Buildings Can Now Tweet Their Crises

Technology is coming to the aid of building owners at an unprecedented pace, even to allowing automatic reporting from air and mechanical systems via Twitter or e-mail direct to remote building maintenance people

15 Feb 2012

With smart building technology it is possible for a central facility to monitor buildings globally.

These smart buildings translate to real hard cost savings in energy consumption and maintenance as well as to boosted returns in terms of tenant quality and asset value.

Adam Bek, General Manager of AE Smith Building Technologies said that the tweeting building is a reality that’s representative of the advances in smart building technology.

Established in 1989, Building Technologies is an independent division of AE Smith, Australia’s largest privately owned mechanical services contractor and a company with no peers in terms of the diversity of in-house services it offers clients.

Building Technologies is the Australian master dealer for American Auto-Matrix, who are leaders in building control systems, and is a major dealer for Niagara which is regarded as the father of open source building automation processes and systems.

From its birth as an AE Smith division established essentially to support the mechanical business, Building Technologies has grown rapidly and is now independently active in the wider market place helping to improve the efficiencies of buildings and their reporting capability.

Their role is to not only help buildings comply with legislative requirements, but with energy targets.

According to Adam, they are often called in to a building in the first instance specifically to help with making it comply with various codes or to ascertain ways to improve the building’s NABERS Energy rating.

“We’re very much a first point of contact because we provide the means to measure and control the building’s HVAC and mechanical services. It’s only when you put in a decent control system to measure, monitor performance and store data that you have the information to tell you how the building’s actually performing,” Adam said.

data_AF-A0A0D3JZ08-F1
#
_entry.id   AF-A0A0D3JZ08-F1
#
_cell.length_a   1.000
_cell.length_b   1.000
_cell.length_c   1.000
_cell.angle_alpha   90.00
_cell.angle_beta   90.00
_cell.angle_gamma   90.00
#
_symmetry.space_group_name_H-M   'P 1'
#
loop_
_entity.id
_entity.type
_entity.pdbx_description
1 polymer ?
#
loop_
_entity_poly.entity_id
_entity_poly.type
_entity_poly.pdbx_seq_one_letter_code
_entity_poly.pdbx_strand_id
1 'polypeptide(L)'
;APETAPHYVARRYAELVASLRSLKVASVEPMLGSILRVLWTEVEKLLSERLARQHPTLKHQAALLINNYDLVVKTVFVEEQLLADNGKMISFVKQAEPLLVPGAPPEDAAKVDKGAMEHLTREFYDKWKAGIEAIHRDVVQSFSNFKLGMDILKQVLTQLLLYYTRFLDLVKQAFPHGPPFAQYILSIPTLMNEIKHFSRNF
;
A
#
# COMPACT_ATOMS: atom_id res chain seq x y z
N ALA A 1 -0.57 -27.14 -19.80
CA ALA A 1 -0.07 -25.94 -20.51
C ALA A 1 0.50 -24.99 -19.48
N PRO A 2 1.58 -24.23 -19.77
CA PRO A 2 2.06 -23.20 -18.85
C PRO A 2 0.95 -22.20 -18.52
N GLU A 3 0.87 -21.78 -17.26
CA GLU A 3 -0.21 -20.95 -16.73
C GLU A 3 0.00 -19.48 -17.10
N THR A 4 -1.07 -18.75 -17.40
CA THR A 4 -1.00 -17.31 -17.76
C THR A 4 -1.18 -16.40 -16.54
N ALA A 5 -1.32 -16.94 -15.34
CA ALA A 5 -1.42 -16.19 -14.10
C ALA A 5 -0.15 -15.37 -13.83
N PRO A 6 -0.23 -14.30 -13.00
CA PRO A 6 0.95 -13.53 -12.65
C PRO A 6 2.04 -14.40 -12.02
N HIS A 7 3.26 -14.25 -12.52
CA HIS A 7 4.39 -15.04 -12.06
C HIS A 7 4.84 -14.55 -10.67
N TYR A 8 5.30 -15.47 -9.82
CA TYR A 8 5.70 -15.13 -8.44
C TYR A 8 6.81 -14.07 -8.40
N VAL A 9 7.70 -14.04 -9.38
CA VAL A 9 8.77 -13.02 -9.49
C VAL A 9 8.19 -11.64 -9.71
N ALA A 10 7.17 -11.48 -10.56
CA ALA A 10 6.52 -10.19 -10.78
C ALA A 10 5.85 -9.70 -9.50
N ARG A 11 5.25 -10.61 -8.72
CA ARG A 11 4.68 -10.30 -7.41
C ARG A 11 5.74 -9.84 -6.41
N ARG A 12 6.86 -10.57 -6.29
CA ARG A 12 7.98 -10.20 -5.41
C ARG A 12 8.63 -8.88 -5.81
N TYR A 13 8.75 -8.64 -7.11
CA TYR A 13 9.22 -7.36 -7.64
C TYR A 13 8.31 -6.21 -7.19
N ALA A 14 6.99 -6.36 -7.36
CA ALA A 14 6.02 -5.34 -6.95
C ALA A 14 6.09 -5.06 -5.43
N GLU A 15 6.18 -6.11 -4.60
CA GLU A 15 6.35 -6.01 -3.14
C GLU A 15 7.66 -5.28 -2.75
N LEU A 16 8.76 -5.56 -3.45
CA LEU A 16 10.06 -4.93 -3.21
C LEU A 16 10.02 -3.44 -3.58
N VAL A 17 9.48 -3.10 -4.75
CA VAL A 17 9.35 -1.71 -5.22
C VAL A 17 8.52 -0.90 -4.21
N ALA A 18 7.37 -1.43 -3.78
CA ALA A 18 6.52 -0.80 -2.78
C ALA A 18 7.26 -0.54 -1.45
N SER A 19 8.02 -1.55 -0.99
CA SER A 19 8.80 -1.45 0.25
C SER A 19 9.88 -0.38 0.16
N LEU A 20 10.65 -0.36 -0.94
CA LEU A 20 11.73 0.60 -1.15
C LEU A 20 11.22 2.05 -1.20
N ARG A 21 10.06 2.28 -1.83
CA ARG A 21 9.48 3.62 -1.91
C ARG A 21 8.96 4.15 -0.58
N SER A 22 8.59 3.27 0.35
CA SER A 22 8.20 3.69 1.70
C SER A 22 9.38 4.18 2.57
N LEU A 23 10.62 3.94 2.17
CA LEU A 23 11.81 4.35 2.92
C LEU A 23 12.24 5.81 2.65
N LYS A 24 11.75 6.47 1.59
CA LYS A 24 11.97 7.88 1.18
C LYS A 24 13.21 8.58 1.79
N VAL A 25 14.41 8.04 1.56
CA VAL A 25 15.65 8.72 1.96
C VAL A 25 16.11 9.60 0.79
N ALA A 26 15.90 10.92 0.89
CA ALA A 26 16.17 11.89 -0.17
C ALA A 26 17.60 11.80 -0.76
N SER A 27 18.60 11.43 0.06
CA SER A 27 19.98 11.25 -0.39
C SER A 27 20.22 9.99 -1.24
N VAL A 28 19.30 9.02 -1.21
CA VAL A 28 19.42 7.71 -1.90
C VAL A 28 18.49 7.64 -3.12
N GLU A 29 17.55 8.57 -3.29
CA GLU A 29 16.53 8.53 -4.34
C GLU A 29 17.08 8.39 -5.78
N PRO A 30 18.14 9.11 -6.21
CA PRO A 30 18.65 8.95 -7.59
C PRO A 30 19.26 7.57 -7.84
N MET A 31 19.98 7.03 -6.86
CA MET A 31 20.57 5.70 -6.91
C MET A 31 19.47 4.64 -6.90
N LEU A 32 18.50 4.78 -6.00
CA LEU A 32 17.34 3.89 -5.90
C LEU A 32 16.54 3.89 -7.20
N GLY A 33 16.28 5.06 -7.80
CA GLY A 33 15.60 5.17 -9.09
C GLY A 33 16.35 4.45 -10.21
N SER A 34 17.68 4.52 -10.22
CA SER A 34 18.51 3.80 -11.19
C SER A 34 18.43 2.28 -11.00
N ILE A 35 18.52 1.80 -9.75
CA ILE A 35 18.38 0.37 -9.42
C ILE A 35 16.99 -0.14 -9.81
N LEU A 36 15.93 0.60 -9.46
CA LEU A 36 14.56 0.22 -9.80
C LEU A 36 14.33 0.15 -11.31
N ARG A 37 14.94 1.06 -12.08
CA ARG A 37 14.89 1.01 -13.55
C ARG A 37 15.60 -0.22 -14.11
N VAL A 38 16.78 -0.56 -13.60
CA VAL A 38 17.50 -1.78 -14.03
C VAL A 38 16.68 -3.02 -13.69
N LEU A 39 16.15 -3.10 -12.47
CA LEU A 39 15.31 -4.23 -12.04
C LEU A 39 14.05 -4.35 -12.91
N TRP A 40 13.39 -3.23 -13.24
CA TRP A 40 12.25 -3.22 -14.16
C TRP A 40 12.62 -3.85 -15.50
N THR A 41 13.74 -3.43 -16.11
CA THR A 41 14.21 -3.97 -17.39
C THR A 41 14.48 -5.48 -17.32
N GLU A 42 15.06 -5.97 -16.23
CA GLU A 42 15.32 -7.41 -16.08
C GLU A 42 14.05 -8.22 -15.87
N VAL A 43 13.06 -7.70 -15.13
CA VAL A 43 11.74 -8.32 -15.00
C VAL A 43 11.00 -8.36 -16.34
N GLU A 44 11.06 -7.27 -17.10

Such systems are vital to provide the data necessary for developing an acceptable NABERS Energy rating.

Adam, who is also an NABERS Accredited Assessor, said that one of the overlooked factors in both new buildings and refurbishment projects was the proper set-up of a metering system.

“It doesn’t save you energy but it helps you better identify where your energy consumption is and use this information to implement energy saving initiatives. It also allows you to maximise your NABERS rating outcome through excluding applicable energy consumption.

He said one of the fallacies in the industry was an overly long payback on the costs of services upgrades to achieve a desirable NABERS rating on an old building.

“The problems faced by decision makers is not the cost of energy consumption but tenant churn, the value of the tenancy and the value of the asset and it’s here that a NABERS rating helps.

“For example, some Government department may not be able to lease a building with a NABERS rating less than 4.5 stars. Get your building to 4.5 stars and the quality of tenants improves, the return from tenants increases and the value of your asset increases,” Adam said.

Adam’s comments are backed by research reported in 2011 by The Australian Financial Review stating “a 5 star NABERS Energy rated building delivered a 9% value premium to those buildings without ratings… Discounts in rents were seen for [buildings with] lower NABERS Energy ratings.”

The cited research made “a clear link between enhanced green premiums in value with the high rated NABERS energy rating categories.”